Why You Should Consider KDP For Your Photography Book

One of the lessons I learned while working on my first book was the idea of selling it as an ebook. To be perfectly honest, I have never read an ebook. I guess you could say that I’m old-fashioned because I really enjoy reading from an actual book. I love the way they smell, and there is something about the physical act of holding a book and turning the pages that feels good to me. Plus, I like how they look on my bookshelf. Because I wasn’t that familiar with ebooks, I didn’t think that Tattle Tales: Tattoo Stories and Portraits would be appropriate as an ebook. For one thing, Tattle Tales is predominately photography, and I always felt that people would prefer to view photographs in an actual book instead of on a tablet or smart phone. Since the release of my book, I have reevaluated my position on ebooks for photography books and here’s why:   Benefits of Publishing Your Ebook on Kindle: 1.) Expand your exposure to other potential readers through Amazon Advertising: Since Amazon Advantage no longer accepts new members, I had to join Fulfillment by Amazon. FBA doesn’t allow book ads, so I had to […]

Photographers Supporting Photographers

¬† When I first started to learn how to use a DSLR camera, I was amazed at how many photographers offered to help me grow and teach me some tricks of the trade. Stephen and Adam (pictured above) were two such photographers. Stephen was my first photography instructor, and Adam runs Global AZ Media. Thanks to Adam, I have covered several concerts that have come through the Phoenix area. Both of these photographers gave me opportunities to become a better photographer and photojournalist. When I started my first book, Tattle Tales: Tattoo Stories and Portraits, I wanted to interview these two and include them in my book because they both impacted my photography.   No art is created in a vacuum. It truly is a collaborative process because we can’t help but bring in experiences and lessons that we learn from other people. I always try to be supportive of other artists because I think that there is room for all of us, and I want to be part of an artistic community. Competition is a natural effect that drives many of us, but it doesn’t have to become a negative force in our lives. Someone once told me that […]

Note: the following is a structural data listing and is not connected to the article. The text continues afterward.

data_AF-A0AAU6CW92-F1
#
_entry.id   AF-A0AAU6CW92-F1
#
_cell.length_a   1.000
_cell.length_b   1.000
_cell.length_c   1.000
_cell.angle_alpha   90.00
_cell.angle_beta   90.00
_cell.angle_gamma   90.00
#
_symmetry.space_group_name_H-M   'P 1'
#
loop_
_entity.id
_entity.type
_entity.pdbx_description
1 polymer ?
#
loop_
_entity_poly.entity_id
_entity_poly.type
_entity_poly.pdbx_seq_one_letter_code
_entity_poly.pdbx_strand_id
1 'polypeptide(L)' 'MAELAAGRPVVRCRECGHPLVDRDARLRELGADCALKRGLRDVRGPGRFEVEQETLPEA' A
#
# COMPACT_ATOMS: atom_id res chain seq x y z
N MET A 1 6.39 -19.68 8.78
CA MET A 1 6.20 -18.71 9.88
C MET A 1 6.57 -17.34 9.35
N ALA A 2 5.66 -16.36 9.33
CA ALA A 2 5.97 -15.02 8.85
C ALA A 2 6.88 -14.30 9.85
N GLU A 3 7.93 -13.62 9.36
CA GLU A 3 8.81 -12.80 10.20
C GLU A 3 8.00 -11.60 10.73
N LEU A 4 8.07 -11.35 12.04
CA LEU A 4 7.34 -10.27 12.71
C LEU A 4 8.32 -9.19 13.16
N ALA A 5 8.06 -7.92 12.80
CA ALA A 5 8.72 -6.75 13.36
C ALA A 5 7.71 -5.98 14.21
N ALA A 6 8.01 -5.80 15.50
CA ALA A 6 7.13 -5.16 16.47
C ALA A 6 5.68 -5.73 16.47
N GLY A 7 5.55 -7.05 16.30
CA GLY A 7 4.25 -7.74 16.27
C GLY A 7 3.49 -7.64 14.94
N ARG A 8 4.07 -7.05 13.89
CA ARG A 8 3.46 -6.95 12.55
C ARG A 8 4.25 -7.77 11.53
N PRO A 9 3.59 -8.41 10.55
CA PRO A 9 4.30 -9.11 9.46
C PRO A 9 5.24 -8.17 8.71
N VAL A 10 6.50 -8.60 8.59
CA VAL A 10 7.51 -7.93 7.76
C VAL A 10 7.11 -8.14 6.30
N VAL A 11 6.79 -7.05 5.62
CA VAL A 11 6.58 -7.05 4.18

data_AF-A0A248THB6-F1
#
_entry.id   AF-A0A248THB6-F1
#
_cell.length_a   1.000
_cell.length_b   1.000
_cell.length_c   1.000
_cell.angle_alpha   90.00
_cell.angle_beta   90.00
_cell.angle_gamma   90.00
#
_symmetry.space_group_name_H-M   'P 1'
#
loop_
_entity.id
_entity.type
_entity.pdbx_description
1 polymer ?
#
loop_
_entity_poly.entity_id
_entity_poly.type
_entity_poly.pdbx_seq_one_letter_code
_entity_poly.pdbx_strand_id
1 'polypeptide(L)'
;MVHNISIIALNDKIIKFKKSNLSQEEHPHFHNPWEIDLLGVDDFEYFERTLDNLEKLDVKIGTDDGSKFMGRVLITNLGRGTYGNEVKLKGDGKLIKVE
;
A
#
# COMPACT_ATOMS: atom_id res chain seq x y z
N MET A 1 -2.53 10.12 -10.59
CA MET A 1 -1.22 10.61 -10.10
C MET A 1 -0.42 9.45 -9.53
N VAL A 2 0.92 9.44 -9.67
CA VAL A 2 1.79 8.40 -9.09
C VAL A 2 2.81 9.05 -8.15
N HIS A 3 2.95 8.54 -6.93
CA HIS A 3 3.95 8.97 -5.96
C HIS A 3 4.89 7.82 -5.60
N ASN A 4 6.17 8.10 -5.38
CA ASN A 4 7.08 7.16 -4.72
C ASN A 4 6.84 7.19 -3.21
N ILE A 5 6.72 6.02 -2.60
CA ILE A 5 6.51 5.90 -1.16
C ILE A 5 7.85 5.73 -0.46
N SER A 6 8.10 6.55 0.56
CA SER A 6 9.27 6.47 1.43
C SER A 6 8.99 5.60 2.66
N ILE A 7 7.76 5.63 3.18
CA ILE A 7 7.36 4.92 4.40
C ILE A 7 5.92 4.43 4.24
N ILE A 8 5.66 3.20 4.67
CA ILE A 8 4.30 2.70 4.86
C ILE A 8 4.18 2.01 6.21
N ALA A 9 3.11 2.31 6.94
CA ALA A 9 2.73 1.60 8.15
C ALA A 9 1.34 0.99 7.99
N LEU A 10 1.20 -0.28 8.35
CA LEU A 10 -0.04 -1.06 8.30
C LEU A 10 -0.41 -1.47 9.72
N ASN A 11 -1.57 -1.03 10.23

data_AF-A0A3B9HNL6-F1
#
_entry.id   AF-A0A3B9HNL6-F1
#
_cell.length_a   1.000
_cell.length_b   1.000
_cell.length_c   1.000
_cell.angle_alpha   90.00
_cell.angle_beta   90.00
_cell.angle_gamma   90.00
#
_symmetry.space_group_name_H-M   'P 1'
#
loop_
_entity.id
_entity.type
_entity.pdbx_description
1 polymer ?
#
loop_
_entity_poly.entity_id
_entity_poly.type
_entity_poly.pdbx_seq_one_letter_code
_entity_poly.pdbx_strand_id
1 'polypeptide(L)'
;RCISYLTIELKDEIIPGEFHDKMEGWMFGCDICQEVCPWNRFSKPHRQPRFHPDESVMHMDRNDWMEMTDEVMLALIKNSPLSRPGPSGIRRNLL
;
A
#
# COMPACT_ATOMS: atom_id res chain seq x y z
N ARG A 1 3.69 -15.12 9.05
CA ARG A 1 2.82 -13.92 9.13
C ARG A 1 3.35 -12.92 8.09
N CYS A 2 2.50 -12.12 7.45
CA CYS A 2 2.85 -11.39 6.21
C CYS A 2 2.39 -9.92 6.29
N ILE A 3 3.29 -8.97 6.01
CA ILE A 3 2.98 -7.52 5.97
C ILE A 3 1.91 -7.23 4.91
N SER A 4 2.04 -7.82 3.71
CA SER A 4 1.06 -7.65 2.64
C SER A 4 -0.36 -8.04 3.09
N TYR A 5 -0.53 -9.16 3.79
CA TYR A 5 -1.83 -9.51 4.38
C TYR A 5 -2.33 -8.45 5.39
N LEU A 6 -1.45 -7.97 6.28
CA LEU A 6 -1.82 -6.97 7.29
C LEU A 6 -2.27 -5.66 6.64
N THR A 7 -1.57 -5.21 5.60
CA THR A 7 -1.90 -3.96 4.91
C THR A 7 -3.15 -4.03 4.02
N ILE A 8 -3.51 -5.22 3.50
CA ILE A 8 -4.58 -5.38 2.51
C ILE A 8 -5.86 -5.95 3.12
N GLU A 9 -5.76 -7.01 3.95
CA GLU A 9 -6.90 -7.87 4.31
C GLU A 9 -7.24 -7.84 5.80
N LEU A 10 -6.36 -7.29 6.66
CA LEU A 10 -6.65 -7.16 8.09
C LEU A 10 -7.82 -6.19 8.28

Don’t Be A Negative Nancy!

  When I’m working on my books, there is a lot of pressure to make sure everything is perfect. A lot of research and marketing/advertising experiments are involved in self-publishing. Last year, there were so many days that I just came home and sat in front of the television because my brain felt fried. I missed being creative, but I didn’t have the energy to do anymore.   This year, I’m trying to allow myself a little more time to work on my personal projects. So far, it’s been a challenging balancing act, but one that I feel is important to maintain.   The Women Series One night, I asked my mother, “Where did Negative Nancy come from? What did Nancy ever do to deserve that title?”   In fact, the Negative Nancy meme goes back to the 1960s when President Lyndon Johnson called his critics of his Vietnam War policies “Nervous Nellies.” The name caught on and soon people were applying the idea to other names, such as Debbie Downer, Chatty Cathy, ect.   I thought this was comical, and I decided that I was going to challenge myself to find a name for every letter in the alphabet […]

A Year in Review